Items About Areas That Could Break Out Into War
February 21. 2006: Former French mercenary leader Robert Denard went on trial in Paris. He is charged with leading a September 1995 coup attempt in the Comoros. "Charged" is a bit euphemistic-- everyone knows he did it. The question is-- for whom did he do it? Denard's lawyers intend to call former French Prime Minister Alain Juppe (and several other French luminaries, too) as a witness. French troops arrived in October 1995 and put an end to the coup. The trial could get dicey. Denard allegedly suffers from dementia or Alzheimers, so that's another issue. Twenty-six other people are also charged with participating in the coup. Denard's bio reads like that of a character from a Frederick Forsythe novel. Denard has been described as "the French dog of war." (Forsythe's "Dogs of War" details a mercenary-led strike on a not-quite-mythical West African country.) He has been involved in numerous coups (several in the Comoros). Denard has been in the dock before. He beat a murder charge in 1999. In 1993 he was convicted in a French court of leading a coup against Benin's government.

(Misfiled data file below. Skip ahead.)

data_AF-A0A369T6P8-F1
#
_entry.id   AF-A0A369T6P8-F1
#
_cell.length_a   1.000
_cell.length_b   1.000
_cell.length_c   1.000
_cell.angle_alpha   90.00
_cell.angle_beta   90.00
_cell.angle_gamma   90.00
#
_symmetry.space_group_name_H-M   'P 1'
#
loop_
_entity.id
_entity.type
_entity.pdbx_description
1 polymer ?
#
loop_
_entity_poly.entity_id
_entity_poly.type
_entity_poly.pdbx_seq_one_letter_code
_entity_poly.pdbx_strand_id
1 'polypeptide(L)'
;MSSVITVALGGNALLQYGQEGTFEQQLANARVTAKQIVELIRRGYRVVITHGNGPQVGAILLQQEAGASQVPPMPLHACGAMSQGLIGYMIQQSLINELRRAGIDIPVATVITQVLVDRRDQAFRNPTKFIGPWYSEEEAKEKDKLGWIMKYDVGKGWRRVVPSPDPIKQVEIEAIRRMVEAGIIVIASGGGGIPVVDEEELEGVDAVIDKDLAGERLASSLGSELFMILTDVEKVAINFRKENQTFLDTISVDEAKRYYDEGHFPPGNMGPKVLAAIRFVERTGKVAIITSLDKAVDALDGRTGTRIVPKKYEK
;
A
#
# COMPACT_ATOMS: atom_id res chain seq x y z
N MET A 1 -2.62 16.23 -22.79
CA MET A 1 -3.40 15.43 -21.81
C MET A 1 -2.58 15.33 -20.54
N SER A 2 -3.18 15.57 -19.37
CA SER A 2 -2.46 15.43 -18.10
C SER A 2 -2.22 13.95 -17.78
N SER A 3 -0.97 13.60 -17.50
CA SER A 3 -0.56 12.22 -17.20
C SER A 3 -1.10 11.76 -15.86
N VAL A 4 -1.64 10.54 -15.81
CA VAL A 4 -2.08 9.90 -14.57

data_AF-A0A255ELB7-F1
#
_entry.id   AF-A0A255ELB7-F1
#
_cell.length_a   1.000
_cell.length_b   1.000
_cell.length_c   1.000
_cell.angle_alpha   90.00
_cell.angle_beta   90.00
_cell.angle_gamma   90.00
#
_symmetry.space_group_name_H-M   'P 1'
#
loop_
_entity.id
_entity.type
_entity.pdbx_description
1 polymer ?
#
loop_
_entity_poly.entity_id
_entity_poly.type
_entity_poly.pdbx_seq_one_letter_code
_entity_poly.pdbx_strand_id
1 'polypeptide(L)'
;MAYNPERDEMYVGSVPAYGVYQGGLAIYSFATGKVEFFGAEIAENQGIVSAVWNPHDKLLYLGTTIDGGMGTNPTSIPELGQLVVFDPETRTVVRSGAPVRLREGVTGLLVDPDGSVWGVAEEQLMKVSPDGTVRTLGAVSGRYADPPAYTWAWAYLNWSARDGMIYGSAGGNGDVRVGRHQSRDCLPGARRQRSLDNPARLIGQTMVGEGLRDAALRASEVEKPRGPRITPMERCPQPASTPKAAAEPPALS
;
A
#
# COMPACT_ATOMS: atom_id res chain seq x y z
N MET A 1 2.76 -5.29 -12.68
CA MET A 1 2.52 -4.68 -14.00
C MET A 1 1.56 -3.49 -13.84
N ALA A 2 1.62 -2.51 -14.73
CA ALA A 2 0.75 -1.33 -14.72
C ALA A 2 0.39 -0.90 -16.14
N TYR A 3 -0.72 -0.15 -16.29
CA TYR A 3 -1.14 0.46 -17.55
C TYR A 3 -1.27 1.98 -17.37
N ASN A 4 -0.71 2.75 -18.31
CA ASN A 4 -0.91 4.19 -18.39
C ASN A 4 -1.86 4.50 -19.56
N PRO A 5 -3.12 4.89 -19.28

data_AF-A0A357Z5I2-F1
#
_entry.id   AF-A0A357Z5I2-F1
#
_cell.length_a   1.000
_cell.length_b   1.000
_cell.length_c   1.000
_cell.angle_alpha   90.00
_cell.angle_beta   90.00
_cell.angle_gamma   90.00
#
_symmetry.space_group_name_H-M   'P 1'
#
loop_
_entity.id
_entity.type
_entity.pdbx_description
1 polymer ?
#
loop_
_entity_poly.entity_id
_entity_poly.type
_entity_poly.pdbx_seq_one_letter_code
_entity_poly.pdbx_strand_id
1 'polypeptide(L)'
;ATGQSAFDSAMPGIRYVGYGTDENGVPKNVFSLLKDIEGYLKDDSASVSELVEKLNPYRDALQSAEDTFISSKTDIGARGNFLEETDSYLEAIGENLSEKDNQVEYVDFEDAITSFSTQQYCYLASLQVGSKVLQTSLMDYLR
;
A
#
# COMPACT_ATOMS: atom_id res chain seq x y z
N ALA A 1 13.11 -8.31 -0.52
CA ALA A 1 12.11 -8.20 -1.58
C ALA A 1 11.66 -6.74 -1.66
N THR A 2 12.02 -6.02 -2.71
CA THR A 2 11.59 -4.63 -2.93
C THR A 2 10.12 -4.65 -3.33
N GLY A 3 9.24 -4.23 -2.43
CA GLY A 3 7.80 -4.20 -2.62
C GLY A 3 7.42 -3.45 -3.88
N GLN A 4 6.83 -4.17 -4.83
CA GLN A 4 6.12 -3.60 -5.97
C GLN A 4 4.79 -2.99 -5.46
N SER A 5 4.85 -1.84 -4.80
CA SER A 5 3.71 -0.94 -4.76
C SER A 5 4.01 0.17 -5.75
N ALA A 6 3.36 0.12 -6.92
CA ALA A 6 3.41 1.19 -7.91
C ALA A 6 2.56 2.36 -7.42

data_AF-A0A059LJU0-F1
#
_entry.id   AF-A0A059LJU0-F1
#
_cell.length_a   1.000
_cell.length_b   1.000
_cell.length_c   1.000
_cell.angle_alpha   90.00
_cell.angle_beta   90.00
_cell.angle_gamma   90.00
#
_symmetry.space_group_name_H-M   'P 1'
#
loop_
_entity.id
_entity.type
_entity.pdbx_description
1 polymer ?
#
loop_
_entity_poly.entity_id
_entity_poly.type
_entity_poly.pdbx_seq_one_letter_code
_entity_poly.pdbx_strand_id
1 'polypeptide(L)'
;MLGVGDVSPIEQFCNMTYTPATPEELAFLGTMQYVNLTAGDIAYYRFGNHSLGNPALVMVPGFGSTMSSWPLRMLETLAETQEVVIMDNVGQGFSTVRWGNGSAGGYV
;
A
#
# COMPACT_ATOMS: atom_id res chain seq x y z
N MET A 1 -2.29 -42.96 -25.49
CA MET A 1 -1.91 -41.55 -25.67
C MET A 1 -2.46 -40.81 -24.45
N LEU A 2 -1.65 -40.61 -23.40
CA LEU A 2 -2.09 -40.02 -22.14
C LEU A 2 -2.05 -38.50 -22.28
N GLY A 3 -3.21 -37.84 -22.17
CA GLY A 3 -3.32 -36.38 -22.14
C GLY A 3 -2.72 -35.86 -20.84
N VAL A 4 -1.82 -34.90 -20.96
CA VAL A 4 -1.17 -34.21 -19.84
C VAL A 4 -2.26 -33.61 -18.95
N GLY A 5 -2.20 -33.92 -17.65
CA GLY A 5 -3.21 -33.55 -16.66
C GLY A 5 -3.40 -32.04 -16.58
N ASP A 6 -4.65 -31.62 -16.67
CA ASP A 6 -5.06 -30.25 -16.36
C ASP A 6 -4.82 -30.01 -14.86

On February 6, 2006, the Comoran army had sealed off the port on the Comoran island of Moheli. The report said the local army commander acted after the commander's brother was "relieved of his duties" at the port. Some 20 soldiers loyal to the commander carried out the "blockade." The Comoros have an upcoming election (scheduled for April). Pre-eleciton "tensions" are typical of the Comoros. A government spokesman on Moheli accused the military of trying to "disrupt" the elections. Family, neighborhood, "island identity" and outside interference (ie France) fracture Comoran politics. Since 2001 the Comoros has functioned as something a of confederation. The three islands (Grande Comore, Anjouan, and Moheli) each have a great deal of autonomy. The presidency of the "Union of Comoros" also rotates from island to island.